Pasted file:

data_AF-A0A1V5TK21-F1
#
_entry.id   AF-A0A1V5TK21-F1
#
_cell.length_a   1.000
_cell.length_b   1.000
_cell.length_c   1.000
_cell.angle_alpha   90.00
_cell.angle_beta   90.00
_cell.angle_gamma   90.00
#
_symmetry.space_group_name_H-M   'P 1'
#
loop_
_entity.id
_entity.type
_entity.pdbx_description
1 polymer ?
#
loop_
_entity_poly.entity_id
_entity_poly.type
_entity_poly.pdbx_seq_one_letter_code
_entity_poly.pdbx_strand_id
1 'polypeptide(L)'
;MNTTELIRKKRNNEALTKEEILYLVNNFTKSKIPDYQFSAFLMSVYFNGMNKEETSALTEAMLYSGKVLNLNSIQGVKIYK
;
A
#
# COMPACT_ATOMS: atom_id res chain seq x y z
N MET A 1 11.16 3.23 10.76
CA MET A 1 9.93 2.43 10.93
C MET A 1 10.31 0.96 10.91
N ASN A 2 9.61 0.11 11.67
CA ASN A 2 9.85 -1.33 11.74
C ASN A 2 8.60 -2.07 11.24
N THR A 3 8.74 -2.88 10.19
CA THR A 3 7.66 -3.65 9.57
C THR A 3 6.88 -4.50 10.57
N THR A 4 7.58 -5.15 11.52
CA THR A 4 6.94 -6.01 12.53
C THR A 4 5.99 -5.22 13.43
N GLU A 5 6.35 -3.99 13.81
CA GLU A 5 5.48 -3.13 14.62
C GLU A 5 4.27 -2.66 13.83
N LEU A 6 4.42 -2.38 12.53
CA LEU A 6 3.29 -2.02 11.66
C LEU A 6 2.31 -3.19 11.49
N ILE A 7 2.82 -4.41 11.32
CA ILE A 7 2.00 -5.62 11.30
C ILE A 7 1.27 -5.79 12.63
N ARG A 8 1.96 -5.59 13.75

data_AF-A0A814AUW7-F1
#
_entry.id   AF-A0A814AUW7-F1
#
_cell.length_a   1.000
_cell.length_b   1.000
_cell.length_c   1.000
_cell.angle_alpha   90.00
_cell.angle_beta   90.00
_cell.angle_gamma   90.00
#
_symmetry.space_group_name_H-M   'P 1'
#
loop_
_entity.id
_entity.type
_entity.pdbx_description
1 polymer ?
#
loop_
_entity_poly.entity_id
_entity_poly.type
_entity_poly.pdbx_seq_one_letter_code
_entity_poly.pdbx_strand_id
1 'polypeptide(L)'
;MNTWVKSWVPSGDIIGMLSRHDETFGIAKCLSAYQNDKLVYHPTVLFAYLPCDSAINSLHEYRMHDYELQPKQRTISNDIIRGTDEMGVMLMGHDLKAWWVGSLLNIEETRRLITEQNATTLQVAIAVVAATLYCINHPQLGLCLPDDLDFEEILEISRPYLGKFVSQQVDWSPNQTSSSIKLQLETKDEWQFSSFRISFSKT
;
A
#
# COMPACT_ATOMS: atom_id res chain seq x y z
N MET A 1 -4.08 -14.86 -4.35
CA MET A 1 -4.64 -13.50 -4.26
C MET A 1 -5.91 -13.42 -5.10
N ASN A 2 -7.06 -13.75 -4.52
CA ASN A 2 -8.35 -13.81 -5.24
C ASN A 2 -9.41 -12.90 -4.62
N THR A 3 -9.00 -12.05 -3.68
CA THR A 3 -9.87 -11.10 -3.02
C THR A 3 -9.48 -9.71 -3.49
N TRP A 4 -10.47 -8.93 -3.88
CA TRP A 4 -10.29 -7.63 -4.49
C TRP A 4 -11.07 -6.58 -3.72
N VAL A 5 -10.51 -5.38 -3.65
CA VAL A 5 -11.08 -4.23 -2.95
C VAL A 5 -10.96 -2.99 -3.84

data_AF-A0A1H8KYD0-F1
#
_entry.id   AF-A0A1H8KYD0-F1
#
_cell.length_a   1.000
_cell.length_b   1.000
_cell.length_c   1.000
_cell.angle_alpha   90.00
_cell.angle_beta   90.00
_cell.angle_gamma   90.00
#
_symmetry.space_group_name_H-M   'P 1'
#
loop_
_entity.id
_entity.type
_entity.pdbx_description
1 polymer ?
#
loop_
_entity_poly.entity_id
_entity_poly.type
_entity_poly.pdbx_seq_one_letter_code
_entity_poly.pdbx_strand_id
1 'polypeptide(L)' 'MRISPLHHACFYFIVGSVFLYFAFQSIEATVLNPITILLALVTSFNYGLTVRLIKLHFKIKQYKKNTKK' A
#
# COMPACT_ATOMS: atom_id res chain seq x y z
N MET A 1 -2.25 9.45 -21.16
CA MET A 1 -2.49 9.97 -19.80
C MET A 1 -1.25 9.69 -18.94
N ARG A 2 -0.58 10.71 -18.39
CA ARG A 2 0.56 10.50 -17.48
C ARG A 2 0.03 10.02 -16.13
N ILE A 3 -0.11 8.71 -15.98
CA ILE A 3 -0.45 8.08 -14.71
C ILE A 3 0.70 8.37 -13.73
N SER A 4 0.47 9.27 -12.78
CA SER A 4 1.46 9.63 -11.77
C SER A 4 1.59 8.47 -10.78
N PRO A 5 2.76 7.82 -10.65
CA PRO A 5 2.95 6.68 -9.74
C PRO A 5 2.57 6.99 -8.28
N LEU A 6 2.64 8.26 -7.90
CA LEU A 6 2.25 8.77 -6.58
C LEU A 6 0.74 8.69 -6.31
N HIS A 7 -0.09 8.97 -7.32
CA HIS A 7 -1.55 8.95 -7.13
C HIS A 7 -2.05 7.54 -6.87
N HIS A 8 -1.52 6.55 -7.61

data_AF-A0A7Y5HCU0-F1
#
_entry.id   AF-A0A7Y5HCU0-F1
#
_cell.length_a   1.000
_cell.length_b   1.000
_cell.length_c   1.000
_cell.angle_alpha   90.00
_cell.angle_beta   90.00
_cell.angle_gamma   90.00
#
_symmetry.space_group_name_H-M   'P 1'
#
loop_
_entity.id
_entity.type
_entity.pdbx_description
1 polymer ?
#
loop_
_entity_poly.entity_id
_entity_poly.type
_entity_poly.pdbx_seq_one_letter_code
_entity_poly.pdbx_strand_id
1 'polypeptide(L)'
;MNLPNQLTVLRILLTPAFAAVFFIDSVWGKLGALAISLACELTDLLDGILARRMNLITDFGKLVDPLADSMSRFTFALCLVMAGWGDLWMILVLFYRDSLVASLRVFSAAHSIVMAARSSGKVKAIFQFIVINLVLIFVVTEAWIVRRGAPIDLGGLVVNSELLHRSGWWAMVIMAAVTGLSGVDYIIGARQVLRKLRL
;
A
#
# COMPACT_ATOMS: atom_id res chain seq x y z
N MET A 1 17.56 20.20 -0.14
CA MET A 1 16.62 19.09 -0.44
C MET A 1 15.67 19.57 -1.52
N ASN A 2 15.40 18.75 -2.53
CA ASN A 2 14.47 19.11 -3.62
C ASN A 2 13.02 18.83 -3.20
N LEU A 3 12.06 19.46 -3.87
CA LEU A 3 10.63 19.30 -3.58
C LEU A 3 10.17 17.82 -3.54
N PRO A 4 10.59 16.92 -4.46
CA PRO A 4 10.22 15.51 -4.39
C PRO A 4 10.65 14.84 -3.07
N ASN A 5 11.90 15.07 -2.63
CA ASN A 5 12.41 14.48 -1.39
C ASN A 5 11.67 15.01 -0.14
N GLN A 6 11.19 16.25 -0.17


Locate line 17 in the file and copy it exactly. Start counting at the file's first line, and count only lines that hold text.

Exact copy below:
_entity.pdbx_description